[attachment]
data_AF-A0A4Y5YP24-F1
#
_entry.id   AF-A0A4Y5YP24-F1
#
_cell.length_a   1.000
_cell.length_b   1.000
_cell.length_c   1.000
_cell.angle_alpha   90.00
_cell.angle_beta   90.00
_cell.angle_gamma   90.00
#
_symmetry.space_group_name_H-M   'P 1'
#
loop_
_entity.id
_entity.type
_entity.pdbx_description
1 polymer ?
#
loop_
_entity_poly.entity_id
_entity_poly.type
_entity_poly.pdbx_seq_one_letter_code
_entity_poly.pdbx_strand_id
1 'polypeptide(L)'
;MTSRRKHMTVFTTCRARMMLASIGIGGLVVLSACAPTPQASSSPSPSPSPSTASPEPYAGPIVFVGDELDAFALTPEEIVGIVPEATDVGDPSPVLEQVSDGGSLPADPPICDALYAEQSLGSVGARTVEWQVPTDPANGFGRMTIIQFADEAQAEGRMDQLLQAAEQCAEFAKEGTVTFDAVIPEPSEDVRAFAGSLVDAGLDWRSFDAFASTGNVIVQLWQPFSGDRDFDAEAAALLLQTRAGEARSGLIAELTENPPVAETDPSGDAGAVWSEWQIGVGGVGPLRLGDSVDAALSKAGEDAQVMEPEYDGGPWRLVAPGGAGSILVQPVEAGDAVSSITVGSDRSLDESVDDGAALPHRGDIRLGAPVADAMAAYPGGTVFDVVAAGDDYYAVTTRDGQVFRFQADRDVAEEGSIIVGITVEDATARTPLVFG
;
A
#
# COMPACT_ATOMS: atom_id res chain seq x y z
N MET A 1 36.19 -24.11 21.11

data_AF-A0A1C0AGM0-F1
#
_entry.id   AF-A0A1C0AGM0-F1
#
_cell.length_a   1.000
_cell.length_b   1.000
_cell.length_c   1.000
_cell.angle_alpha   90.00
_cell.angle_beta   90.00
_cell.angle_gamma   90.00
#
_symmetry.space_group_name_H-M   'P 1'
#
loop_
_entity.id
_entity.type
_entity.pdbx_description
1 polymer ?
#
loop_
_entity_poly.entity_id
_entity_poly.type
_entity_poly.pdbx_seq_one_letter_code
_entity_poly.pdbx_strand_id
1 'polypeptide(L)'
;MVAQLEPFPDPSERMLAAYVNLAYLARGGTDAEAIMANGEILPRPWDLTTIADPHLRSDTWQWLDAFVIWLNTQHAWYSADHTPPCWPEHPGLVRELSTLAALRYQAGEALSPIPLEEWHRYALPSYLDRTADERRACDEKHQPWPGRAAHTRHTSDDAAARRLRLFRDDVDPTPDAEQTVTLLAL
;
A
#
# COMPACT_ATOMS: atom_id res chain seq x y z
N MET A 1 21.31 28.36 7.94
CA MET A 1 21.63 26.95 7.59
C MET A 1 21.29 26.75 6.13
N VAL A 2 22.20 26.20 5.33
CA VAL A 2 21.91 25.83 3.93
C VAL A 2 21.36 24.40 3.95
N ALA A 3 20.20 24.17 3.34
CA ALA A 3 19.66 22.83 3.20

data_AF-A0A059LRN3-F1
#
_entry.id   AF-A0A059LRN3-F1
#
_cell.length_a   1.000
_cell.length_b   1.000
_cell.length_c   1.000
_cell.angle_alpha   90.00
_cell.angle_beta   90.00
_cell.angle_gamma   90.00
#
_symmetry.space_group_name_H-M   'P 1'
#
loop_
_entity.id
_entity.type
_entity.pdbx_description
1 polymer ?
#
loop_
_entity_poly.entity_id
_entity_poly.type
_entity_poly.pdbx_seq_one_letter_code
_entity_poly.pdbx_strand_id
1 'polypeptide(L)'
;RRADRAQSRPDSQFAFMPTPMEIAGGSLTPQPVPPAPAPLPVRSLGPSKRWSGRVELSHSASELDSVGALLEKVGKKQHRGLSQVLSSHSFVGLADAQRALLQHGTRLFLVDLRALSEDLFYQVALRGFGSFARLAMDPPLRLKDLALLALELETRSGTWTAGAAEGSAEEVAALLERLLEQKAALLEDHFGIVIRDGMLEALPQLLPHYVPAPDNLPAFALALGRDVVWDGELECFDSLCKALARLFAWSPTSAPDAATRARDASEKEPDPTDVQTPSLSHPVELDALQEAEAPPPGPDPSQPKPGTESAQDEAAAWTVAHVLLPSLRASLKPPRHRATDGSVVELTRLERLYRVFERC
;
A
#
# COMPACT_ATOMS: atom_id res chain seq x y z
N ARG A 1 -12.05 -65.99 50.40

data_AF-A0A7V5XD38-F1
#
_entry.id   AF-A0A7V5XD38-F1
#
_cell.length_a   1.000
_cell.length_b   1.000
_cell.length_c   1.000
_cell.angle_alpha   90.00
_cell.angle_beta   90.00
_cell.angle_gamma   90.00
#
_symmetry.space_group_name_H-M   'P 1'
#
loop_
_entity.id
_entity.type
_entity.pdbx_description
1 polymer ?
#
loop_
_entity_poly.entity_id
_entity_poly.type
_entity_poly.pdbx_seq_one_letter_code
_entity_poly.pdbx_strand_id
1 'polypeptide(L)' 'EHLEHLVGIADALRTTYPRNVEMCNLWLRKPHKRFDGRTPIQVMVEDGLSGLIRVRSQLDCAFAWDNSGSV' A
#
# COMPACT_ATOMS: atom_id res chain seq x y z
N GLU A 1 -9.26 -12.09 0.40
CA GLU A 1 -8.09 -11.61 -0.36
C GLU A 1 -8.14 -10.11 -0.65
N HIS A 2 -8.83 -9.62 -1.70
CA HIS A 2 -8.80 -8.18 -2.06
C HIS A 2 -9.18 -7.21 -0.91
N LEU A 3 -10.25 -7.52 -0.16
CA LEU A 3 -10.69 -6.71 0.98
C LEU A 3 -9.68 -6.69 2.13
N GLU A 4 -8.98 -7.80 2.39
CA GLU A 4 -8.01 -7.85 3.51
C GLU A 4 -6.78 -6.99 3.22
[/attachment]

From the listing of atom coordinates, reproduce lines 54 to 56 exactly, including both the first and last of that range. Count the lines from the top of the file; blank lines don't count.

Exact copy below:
_entity_poly.pdbx_seq_one_letter_code
_entity_poly.pdbx_strand_id
1 'polypeptide(L)'